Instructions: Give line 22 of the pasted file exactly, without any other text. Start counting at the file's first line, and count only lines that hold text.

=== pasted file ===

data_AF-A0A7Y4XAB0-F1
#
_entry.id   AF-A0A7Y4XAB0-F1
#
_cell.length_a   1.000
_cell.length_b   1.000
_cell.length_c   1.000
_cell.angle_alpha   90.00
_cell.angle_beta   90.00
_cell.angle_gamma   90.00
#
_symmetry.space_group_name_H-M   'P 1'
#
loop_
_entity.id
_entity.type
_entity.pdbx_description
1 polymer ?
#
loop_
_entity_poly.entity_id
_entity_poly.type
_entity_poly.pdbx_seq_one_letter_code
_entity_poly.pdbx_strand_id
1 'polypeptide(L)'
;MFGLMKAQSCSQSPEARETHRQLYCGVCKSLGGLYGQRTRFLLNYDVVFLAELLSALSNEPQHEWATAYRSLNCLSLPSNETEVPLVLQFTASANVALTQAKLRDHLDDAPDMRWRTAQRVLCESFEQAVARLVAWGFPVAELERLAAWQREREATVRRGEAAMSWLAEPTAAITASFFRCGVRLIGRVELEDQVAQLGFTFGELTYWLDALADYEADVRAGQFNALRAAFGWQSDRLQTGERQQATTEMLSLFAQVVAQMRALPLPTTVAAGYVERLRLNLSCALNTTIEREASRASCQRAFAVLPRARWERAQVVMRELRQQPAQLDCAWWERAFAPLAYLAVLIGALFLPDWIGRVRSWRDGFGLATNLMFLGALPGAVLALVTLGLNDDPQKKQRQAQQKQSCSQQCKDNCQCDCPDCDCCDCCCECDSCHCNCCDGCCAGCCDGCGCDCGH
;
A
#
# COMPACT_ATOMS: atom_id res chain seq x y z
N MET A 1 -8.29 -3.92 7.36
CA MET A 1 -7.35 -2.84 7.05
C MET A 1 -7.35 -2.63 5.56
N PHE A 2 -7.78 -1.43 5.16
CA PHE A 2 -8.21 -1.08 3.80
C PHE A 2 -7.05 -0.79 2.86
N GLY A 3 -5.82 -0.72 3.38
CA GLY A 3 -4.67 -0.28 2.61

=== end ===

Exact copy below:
_entity_poly.type